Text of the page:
They could break your nose, knock out your teeth. Nobody is going to notice a bruise because the commander was drunk all the time. He was going to retire [soon] and he did not stop any of this in any way.—Alexander Kaiankin218

Considering the prevalence of dedovshchina in the Russian armed forces, its consequences, and attention to it in the Russian media, one would expect a certain vigilance among officers toward signs of abuse. However, in most units, it is conspicuously absent. Officers are far removed from the rank-and-file soldiers, often not visibly present on the base, and routinely close their eyes to evidence of abuses. For example, Andrei Z., a regular victim of beatings during his first year of service, said that “nobody ever saw any officers” in his unit.219 His words were echoed by Aleksei Riabov, who served in the notorious 32-nd Gorodok: “The officers were never around.”220 Vasilii S. said the officers in his unit were content to be ignorant: “Our captain comes to work, sits down at his desk, and fills out some paperwork. He doesn’t go outside, he doesn’t ask how everyone is doing.” S. was convinced that the officers could guess what the dedy were doing to first-year conscripts but chose not to find out.221

In some units, the breakdown of oversight was so complete that dedy made no effort to conceal their abusive practices. For example, at Anatolii Z.’s unit, the dedy did not care about leaving bruises. He said officers might ask conscripts about clearly visible bruises but said none of the first-year conscripts would disclose their origin and officers would not press them too hard for it.222 When a Human Rights Watch researcher asked Andrei D. if the dedy beat their victims in concealed areas, he responded with surprise: “Why? There were never any officers on the base.”223

In other units, dedy did try to avoid leaving visible signs of beatings because officers might notice. They said that beatings often took place in concealed areas or at night in the barracks when the officers had gone home. While officers in these units may have been somewhat vigilant to signs of dedovshchina, this vigilance was still very limited.For example, Stanislav F. told Human Rights Watch:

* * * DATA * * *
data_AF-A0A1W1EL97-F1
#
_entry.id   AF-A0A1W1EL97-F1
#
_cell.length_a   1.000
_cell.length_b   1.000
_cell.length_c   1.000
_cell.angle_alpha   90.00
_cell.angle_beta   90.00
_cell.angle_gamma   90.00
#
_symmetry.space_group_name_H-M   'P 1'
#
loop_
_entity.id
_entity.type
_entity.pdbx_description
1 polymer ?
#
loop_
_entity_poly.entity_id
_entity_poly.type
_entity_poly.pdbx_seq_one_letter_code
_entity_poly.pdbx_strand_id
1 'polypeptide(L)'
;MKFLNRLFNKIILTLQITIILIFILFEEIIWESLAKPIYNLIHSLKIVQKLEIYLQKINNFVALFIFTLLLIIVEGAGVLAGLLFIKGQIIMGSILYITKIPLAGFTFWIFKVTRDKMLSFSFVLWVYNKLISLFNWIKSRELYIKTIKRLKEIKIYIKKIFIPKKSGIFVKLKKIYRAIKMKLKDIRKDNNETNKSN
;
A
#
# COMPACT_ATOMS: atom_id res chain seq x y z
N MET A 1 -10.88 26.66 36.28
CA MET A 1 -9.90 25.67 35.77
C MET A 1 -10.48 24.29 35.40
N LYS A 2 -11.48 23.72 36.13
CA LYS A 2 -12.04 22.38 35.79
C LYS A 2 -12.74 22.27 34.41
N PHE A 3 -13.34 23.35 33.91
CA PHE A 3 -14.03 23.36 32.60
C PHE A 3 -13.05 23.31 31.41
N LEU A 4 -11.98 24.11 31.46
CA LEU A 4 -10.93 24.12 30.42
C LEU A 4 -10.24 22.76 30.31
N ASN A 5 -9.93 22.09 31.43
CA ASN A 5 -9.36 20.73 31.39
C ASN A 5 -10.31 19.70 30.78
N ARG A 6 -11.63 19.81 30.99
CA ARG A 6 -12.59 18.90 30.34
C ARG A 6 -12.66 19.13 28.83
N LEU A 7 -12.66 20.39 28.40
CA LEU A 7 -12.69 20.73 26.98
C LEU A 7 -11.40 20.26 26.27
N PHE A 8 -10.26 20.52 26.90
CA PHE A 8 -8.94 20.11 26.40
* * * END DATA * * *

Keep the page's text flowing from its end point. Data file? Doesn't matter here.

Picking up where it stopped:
They tried not to beat us so much that they left [obvious] bruises and abrasions. [They aim] mostly for the legs. It was easiest to kick you in the legs. You feel it and there are [generally] no bruises. And if there are… no one’s going to pay attention to that.224

Prevention Mechanisms

The Military Code of Conduct contains a number of mechanisms that should, if consistently enforced, help prevent dedovshchina. For example, commanding officers are required to monitor the health conditions of all staff during battle training and everyday life, to conduct weekly superficial physical examinations of all conscripts, as well as semi-annual, extensive physicals.225 Although not required by the Military Code of Conduct, in some units an officer or ensign stays in the barracks at night as a measure to prevent dedovshchina. Human Rights Watch’s research found that in practice, these prevention mechanisms are often ignored or are turned into empty formalities.

Several conscripts told Human Rights Watch that they underwent in-depth physicals only when transferred from one unit to another but not after every six months of service. One conscript told Human Rights Watch that superficial physicals were conducted every week while he was in a special training unit. He said that he and his fellow conscripts had to undress to their underwear, after which the commander of his company and the medical doctor checked them for bruises and health problems. Once he was moved to a regular unit, these body checks ceased.226 Another conscript said that “in our unit, they checked our pockets for sharp objects every day but we never had any body checks. In the early months, I walked around with several large bruises...”227 Petr P. said: “I don’t think they checked all that much. Maybe a couple of times.”228

Even regular physicals will not help if physicians routinely accept at face value conscripts’ explanations on their bruises. For example, Ilia B. said the medical doctor of the sickbay checked them weekly for bruises. Asked whether the doctor ever found any bruises, B. said: “Of course she did. One person will say he fell in the bathroom when he was washing—after all, it gets slippery there, another might say he bumped into a bed.” He said that in these cases there was no effort to get to the bottom of what had really happened.229